the person who wants to annoy us.

From 4 Obnoxious Behaviors The Modern World Made Worse by Luis Prada, Cracked, 11 December 2014. Submitted by Kenn Merchant.

To integrate into society

To integrate into society
The difficulties of adapting
A kind deed
To exploit
To take advantage of
To belong to
To be a part of
A war
An opposing argument
A profit
A benefit
To educate

English translations from a French class vocabulary list. Submitted by Mim Beech.

04 February 2015

Trinity Tanka

I am become Death
We made a terrible thing
Destroyer of Worlds
What are you moping about?
We’re all sons of bitches now.

A collection of quotations from Manhattan Project physicists on the occasion of the first ever atomic explosion, the Trinity Test in Los Alamos in 1945. Lines attributed to Richard Feynman, Bob Wilson and J. Robert Oppenheimer. Submitted by Daniel Galef.

28 January 2015

Beijing Brush

Brushes the wool smoothly sift,
full is not tightly easy
to fall off wool,
bright, rich, the touch is gentle
may with ease brush the cosmetics
evenly frivolous
naturally has just right.

The color nature easy to stick
to the silt, but sweeps the powder
evenly, lasting durable,
with the flesh close-fitting,
makeup effects on a more refined
and delicate, presents the perfect
tidal current cosmetics.

Blurb on the cardboard wrapping of a retractable makeup brush from China. Submitted by Cathy Bryant.

22 January 2015

Wholesome Nation

Too few countries
in the world
have chosen
a vegetable
to be their national symbol

but Wales chose the leek

From something that came from The Sacred Kitchen by Robin Robertson and Jon Robertson (New World Library, 1999). Submitted by Melanie Barbato.

20 January 2015

In the Shadow of Selene

There’s a thing about being alone
there’s a thing about being lonely
they’re two different things.

I was alone
I was not lonely.
I was very used to being by myself.
I thoroughly enjoyed it.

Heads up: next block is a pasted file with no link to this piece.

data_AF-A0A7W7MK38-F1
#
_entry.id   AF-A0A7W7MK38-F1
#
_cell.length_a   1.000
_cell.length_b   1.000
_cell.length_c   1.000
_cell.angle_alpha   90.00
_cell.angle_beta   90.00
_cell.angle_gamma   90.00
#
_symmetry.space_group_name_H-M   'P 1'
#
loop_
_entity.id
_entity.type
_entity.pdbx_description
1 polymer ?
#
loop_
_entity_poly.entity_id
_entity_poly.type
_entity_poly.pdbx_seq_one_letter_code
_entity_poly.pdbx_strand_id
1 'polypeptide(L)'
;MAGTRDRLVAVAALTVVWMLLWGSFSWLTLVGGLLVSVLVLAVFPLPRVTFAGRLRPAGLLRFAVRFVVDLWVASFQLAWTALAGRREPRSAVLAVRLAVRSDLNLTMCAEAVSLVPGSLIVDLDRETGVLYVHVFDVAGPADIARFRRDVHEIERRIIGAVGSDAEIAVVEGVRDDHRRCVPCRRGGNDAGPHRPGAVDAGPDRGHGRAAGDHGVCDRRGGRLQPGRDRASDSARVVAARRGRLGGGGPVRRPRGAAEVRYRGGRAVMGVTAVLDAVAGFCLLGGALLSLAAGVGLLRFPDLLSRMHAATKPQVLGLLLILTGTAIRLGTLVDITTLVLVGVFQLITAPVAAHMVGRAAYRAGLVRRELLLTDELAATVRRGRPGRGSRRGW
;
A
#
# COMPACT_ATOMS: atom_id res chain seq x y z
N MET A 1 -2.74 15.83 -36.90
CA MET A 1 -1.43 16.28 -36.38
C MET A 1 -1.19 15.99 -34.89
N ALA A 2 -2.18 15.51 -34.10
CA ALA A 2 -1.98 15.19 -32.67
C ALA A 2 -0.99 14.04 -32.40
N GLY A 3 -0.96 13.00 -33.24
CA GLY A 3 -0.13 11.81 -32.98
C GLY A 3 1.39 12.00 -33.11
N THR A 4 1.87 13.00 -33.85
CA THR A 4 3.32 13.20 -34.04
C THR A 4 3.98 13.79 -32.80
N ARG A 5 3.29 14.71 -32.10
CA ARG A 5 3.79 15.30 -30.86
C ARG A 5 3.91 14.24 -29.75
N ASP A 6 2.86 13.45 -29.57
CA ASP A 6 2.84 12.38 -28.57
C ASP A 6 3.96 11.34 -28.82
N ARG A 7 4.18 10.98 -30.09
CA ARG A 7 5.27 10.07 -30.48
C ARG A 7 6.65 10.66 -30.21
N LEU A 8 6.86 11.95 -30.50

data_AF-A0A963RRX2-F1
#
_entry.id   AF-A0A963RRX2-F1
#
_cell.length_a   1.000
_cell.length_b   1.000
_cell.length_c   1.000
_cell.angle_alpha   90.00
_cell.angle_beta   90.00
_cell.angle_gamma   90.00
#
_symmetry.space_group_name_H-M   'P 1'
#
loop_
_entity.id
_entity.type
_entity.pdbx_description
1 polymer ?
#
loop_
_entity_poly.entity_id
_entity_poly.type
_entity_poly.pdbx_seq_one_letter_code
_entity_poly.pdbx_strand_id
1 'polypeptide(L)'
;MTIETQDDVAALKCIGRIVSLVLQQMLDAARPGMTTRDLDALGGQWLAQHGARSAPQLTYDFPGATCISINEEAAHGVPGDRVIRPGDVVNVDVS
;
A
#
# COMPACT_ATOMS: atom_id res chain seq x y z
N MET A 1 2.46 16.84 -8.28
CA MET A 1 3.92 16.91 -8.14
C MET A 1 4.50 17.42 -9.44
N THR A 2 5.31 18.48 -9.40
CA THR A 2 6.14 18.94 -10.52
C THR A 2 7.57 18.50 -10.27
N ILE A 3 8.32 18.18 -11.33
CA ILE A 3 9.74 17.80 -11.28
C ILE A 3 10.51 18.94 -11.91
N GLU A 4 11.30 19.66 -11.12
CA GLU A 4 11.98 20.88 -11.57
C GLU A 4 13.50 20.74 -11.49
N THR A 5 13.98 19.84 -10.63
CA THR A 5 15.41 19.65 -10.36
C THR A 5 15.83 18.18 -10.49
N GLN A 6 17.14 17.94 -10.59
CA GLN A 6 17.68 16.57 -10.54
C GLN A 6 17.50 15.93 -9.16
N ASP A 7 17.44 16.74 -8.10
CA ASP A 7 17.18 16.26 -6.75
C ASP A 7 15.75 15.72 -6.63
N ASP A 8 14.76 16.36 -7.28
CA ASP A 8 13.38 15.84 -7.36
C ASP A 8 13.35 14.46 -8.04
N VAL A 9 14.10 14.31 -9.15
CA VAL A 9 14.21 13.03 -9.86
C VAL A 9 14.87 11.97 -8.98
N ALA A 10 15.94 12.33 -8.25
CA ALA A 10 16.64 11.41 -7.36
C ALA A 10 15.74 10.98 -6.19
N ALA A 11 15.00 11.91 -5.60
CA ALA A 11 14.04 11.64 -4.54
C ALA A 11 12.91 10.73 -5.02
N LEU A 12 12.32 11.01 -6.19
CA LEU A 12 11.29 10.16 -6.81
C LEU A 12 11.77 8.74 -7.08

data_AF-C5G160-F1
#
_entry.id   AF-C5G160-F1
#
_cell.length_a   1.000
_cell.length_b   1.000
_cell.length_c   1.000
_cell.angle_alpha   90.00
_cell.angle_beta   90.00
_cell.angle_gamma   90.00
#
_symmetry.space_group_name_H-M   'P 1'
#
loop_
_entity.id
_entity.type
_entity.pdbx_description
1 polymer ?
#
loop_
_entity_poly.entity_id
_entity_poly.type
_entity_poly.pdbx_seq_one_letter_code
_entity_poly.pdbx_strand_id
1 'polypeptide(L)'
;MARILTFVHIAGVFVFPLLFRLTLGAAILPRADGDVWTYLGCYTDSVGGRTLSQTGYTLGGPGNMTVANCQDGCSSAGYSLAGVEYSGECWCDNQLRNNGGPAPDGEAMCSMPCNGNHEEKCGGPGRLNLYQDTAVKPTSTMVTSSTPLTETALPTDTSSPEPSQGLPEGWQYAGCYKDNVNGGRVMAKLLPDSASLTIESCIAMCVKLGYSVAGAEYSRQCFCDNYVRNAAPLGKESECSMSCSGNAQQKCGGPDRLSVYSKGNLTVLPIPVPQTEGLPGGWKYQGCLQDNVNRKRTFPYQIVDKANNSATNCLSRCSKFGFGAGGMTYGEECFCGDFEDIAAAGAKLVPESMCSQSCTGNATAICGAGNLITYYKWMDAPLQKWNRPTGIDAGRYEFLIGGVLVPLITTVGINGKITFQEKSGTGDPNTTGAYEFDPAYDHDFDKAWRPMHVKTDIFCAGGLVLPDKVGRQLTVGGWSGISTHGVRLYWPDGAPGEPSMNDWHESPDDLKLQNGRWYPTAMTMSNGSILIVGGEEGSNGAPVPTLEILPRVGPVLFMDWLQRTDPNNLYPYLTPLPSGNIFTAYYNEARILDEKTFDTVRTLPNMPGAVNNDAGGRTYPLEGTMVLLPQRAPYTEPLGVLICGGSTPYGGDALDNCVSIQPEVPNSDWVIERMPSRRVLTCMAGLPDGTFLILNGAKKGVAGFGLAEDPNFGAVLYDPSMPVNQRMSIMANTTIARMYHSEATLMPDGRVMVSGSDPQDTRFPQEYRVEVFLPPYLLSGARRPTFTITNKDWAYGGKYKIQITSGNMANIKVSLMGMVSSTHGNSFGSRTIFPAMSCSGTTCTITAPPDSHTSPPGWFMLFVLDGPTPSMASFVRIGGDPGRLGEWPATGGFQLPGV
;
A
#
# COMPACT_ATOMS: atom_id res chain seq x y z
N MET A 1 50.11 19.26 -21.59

Far from feeling lonely
or abandoned
I feel very much a part of what is taking place
(I don’t mean to deny
a feeling of solitude.)

It is there,

reinforced by the fact ... I am alone now
and absolutely isolated
from any (known) life.

If a count were taken,
the score would be:
three billion (plus two)
over on the other side
One (plus
God knows what else...)
on this side.

That was the best part of the flight.

From Al Worden: 'The loneliest human being', BBC, 2 April 2013, and Carrying the Fire by Michael Collins (Farrar, Strauss and Giroux, 2009). Submitted by Daniel Galef.

16 January 2015

Like Robert Frost

We have agreed to let the electric company trim some trees.
If they come when you are there

let them
Ensure they leave the wood behind.

Get them to put the small bits
behind the hazel bush

where the rest of the prunings are.
Try and get a card

from the wood cutter,
we have other trees

we’d like him to look at.
Don’t use the pump in the spring

for more than twenty minutes,
and meanwhile remember

to water everything if God
is not doing his fair share.

A note left for new guests by the owners of a holiday cottage in Brittany, 16 September 2014. Submitted by Nigel Lawrence.

14 January 2015


January. The days
are short but dramatic scenes
await the hardy.

From the Great British Year poster, Open University. Submitted by Uschi Gatward.